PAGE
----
It appears President Correa's "intention to safeguard [Assange's] life and physical integrity until he reaches a safe place," is under threat as The Miami Herald reports that Guillermo Lasso, the front-runner in Ecuador’s presidential election, says he intends to evict Assange from that country’s London embassy if he wins the April 2 runoff against ruling party candidate Lenín Moreno.
“We will ask Mr. Assange, very politely, to leave our embassy, in absolute compliance with international conventions and protocols,” Lasso said in an email exchange with the Miami Herald.
Assange took refuge in Ecuador’s cramped London embassy in 2012 fighting extradition to Sweden where he is wanted on sexual misconduct allegations. Assange and his legal team fear that the Swedish charges are a ploy to have him extradited to the United States.
Lasso also noted that Assange had volunteered to leave the embassy if Chelsea Manning, who is serving a 35-year-sentence for giving WikiLeaks hundreds of thousands of secret and confidential U.S. diplomatic cables, were to be pardoned. On his way out of office, President Barack Obama commuted Manning’s sentence, and she will be released May 17. But Assange argued that a commutation wasn’t a pardon and hunkered down at the embassy.
The ruling party’s Moreno has said he would continue Correa’s policy of letting Assange stay at the embassy.
As a reminder, in October 2016, Ecuador cut Assange's internet access due to his publication of a "wealth of documents impacting the U.S. election." Despite what seems to be the Ecuadorian government caving to political pressure from the Obama administration, the statement takes special caution to reassure everyone that the decision was in response to "sovereign decisions alone" and that Ecuador "does not yield to pressure from other states"....sure, though we do wonder how many drafts John Kerry's staffers went through at the State Department before finally approving these comments for dissemination.
Here are some key excerpts from the Ecuadorian statement:
"In recent weeks, WikiLeaks has published a wealth of documents, impacting on the U.S. election campaign. This decision was taken exclusively by that organization."
“The Government of Ecuador respects the principle of non-intervention in the internal affairs of other states. It does not interfere in external electoral processes, nor does it favor any particular candidate."
“Accordingly, Ecuador has exercised its sovereign right to temporarily restrict access to some of its private communications network within its Embassy in the United Kingdom. This temporary restriction does not prevent the WikiLeaks organization from carrying out it journalistic activities."
"Ecuador, in accordance with its tradition of defending human rights and protecting victims for political persecution, reaffirms the asylum granted to Julian Assange and reiterates its intention to safeguard his life and physical integrity until he reaches a safe place."
"Ecuador's foreign policy responds to sovereign decisions alone and does not yield to pressure from other states."
Probably just a coincidence? Is the deep state still pulling the strings? One wonders just what Wikileaks may have up its sleeve next... especially as the Obama links to Trump White House leaks and Trump Tower surveillance grow stronger.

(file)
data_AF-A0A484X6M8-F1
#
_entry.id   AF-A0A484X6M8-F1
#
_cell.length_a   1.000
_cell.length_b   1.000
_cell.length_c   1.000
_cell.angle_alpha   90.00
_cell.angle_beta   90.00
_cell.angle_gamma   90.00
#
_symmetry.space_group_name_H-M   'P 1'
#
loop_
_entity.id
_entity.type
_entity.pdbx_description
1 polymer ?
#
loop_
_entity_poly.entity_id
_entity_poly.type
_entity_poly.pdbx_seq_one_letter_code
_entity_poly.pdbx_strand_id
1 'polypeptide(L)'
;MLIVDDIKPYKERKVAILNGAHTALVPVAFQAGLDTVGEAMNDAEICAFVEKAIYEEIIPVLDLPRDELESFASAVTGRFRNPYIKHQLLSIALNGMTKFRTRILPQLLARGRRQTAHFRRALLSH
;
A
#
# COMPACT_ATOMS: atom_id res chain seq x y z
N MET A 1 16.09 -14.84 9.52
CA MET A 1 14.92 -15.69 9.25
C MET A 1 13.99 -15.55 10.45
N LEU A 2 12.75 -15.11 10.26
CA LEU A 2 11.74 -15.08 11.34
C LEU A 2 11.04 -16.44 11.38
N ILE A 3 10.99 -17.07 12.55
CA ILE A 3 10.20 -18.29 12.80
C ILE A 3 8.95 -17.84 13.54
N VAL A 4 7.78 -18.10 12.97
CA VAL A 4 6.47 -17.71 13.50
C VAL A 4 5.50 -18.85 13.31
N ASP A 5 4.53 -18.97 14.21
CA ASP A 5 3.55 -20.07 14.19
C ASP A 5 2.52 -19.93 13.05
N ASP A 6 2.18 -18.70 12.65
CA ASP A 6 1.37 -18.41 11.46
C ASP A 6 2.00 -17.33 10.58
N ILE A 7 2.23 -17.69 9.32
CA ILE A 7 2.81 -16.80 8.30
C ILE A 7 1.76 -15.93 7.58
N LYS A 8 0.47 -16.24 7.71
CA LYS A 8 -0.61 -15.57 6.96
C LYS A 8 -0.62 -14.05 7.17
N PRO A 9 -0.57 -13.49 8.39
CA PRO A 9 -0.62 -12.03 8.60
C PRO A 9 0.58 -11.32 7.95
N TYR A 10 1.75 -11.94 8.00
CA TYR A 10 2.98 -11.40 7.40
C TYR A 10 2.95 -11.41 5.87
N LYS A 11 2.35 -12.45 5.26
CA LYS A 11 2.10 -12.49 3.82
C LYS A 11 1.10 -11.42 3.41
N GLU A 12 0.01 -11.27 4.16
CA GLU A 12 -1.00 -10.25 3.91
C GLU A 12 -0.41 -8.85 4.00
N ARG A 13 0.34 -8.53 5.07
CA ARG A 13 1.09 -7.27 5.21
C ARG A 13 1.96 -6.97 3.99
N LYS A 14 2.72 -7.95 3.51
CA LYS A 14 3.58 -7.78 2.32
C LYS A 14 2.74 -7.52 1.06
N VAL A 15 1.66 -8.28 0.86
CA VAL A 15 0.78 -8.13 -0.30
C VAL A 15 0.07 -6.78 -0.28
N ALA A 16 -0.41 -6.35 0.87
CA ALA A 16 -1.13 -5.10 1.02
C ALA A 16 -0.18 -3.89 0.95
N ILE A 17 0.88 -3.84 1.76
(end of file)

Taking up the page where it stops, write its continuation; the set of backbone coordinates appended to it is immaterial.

Finally, while it may be nothing, we note that Ecuador transferred half its gold to Goldman Sachs in exchange for "liquidity" in June 2014 - that 'swap' is due to expire in June 2017...
Ecuador agreed to transfer more than half its gold reserves to Goldman Sachs Group Inc. for three years as the government seeks to bolster liquidity.
The central bank said it will send 466,000 ounces of gold to Goldman Sachs, worth about $580 million at current prices, and get the same amount back three years from now. In return, Ecuador will get “instruments of high security and liquidity” and expects to earn a profit of $16 million to $20 million over the term of the accord.
“Gold that was not generating any returns in vaults, causing storage costs, now becomes a productive asset that will generate profits,” the central bank said in the statement. “These interventions in the gold market represent the beginning of a new and permanent strategy of active participation by the bank, through purchases, sales and financial operations, that will contribute to the creation of new financial investment opportunities.”
Probably nothing, nevertheless it's clear Assange - rightfully so - is getting increasingly frustrated with his status (and faces more enemies). Remember, Assange's uncharacteristically emotional remarks last year with Hannity:
"I have been detained illegally, without charge for six years, without sunlight, lots of spies everywhere. It's tough... but that's the mission I set myself on. I understand the kind of game that's being played - big powerful actors will try and take revenge...it's a different thing for my family - I have young children, under 10 years old, they didn't sign up for that... and I think that is fundamentally unjust... my family is innocent, they didn't sign up for that fight."
There is however, perhaps a modest silver lining, as Lasso latter said “we vow to take all the steps necessary so that another embassy will take him in and protect his rights.”
However, as the Miami Herald notes, even if another government were willing to provide Assange shelter, it’s unclear how he would be transferred. In the five years since he’s been holed up in the embassy, the Rafael Correa administration hasn’t been able to figure out how to move him to Ecuador, amid heavy police scrutiny in London.